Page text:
Thursday, January 10, 2008

There is Gold at the End of this Rainbow

Radiohead ‘Rainbows’ was the first to be offered as an ‘honesty box’ buy with fans paying what they thought it was worth to download it. The exercise was a huge success attracting new as well as established fans and generating a wide range of payments. Many in the press knocked it as a failure and predicted no or little sales of the album when it was released.

The album was released on plastic CDs and vinyl LPs on Jan. 1, with the CD priced at $13.98, though it could be found for as little as $7.99True the sales have not matched those of previous albums but it still sold 122,000 copies in the United States in its first week. It also reached number one in the UK weekly music chart. Demand for the album was such that some record shops put it on sale before the label’s planned “street date,” resulting in sales of about 9,000 copies the previous week.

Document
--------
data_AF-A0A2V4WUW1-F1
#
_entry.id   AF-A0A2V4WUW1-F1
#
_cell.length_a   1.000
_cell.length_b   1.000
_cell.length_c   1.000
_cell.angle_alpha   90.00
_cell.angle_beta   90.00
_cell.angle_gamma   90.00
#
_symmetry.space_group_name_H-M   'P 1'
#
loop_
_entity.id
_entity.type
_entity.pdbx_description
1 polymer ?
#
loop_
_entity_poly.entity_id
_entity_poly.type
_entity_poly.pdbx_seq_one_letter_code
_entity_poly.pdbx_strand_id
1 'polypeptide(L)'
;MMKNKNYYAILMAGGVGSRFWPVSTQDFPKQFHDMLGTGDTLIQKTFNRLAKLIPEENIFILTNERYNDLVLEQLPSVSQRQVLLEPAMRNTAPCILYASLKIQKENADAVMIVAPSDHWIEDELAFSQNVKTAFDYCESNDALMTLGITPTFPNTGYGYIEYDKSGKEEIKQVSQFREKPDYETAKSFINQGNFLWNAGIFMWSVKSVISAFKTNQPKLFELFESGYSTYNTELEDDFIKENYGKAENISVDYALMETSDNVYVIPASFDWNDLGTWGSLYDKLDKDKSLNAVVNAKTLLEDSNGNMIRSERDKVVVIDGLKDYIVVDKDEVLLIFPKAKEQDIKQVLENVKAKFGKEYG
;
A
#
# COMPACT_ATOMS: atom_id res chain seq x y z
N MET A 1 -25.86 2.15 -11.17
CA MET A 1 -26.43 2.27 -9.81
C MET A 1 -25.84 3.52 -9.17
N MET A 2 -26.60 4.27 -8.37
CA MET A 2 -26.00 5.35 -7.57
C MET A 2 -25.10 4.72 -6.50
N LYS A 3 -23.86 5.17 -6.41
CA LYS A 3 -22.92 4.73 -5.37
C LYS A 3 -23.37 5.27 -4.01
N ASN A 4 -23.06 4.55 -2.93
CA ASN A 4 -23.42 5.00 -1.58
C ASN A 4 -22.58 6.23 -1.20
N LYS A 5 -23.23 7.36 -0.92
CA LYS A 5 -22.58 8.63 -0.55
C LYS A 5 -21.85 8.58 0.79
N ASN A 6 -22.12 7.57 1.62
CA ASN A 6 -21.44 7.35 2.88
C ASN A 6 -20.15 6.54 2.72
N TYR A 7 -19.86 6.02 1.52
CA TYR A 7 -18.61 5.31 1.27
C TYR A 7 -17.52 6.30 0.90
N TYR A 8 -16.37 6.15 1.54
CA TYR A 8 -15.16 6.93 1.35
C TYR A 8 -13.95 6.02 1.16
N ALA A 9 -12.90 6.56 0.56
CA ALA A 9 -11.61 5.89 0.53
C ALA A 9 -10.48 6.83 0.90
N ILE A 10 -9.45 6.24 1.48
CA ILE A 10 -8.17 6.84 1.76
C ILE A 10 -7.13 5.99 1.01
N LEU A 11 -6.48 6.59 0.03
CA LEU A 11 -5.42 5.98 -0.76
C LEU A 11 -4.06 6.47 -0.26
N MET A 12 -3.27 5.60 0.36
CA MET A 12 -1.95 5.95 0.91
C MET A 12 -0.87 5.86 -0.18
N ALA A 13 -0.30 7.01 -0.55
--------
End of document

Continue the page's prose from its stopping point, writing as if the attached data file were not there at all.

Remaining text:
The iTunes service, sold about 28,000 copies had not carried any of the band’s previous albums, owing in part to Radiohead’s demand that its recordings be sold only as complete works.
The sales suggested that the band’s name-your-price offering, and fans’ subsequent free sharing of files, had clearly reduced their sales but had gained them massive exposure, more fans and probably as demonstrated by Prince earlier this year guaranteed a bigger cash prize on the band’s tour of 20 North American cities this year.